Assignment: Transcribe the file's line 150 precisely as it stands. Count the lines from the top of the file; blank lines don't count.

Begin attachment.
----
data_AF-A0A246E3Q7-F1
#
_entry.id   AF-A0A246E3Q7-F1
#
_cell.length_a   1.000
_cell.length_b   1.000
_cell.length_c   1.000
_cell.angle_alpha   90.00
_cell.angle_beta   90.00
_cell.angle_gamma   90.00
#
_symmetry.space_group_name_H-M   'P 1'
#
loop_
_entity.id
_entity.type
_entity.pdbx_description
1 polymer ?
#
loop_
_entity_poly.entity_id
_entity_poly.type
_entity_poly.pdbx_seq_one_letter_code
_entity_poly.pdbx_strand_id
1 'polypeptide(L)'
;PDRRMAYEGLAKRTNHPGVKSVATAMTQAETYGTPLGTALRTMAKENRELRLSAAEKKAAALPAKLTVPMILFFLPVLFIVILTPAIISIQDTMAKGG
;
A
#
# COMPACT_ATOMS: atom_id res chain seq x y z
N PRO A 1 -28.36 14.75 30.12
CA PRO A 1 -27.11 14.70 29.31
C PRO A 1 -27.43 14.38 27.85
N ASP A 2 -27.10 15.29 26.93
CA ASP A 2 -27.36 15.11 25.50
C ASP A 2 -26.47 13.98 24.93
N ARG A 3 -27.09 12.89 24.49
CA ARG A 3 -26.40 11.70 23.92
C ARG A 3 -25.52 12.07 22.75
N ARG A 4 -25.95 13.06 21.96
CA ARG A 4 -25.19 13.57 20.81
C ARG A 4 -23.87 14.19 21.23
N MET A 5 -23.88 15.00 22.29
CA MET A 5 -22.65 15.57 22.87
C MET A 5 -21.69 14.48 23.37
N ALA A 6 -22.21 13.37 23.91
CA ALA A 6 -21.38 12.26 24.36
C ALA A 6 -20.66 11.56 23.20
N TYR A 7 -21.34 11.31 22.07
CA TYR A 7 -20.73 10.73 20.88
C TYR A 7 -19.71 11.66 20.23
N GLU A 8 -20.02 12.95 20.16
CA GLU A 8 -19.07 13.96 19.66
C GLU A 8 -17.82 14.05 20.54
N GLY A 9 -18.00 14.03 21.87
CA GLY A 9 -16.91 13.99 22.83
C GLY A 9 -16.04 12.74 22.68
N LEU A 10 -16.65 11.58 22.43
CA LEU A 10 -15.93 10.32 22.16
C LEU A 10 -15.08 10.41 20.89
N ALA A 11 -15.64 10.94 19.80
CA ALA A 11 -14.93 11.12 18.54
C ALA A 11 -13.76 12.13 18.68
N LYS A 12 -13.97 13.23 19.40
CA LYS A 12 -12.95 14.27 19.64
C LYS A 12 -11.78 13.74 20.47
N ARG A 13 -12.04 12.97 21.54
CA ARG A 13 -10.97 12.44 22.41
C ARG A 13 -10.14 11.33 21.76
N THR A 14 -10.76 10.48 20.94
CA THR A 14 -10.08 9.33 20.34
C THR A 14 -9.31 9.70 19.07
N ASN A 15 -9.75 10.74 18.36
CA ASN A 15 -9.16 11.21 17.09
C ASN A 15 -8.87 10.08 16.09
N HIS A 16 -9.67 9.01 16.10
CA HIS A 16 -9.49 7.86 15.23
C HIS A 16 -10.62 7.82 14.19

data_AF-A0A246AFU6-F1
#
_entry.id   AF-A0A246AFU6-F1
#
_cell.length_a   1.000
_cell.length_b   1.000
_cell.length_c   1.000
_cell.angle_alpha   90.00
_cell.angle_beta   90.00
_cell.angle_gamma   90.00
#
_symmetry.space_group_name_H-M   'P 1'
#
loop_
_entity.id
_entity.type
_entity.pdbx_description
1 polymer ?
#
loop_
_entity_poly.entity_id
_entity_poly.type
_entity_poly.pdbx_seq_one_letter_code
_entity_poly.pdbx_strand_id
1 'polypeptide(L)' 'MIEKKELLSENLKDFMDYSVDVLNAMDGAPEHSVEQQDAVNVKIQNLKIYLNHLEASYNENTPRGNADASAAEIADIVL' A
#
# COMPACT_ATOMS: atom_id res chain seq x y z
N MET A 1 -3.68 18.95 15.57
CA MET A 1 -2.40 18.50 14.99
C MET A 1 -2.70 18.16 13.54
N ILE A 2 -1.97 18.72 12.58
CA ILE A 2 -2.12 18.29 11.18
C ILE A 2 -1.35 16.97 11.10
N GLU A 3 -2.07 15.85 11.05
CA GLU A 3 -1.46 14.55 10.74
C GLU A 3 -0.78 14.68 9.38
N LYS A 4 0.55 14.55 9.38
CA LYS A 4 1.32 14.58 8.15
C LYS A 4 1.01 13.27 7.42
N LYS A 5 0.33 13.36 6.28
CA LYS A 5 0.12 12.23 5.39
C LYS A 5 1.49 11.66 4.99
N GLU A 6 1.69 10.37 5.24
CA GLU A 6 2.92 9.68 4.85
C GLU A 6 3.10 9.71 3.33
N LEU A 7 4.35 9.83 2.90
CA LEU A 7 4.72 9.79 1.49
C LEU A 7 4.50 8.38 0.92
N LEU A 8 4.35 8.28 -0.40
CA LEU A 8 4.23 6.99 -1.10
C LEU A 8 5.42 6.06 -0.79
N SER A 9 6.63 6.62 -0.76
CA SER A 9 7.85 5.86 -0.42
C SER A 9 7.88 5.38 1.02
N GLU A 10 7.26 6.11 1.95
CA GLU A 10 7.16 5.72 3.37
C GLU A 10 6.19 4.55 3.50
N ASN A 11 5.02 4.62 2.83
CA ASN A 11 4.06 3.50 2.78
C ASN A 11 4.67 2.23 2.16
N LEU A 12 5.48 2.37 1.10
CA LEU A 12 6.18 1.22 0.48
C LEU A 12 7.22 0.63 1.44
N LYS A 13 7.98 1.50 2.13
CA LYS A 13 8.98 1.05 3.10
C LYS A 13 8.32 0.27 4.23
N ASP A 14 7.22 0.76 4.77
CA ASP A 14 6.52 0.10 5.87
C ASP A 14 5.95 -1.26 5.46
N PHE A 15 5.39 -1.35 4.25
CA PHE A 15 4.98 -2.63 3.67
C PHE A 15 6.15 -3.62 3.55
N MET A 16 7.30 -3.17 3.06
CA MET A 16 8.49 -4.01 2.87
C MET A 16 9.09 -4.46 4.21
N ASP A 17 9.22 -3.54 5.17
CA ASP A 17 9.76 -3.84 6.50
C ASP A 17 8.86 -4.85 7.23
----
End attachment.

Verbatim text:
C PHE A 15 6.15 -3.62 3.55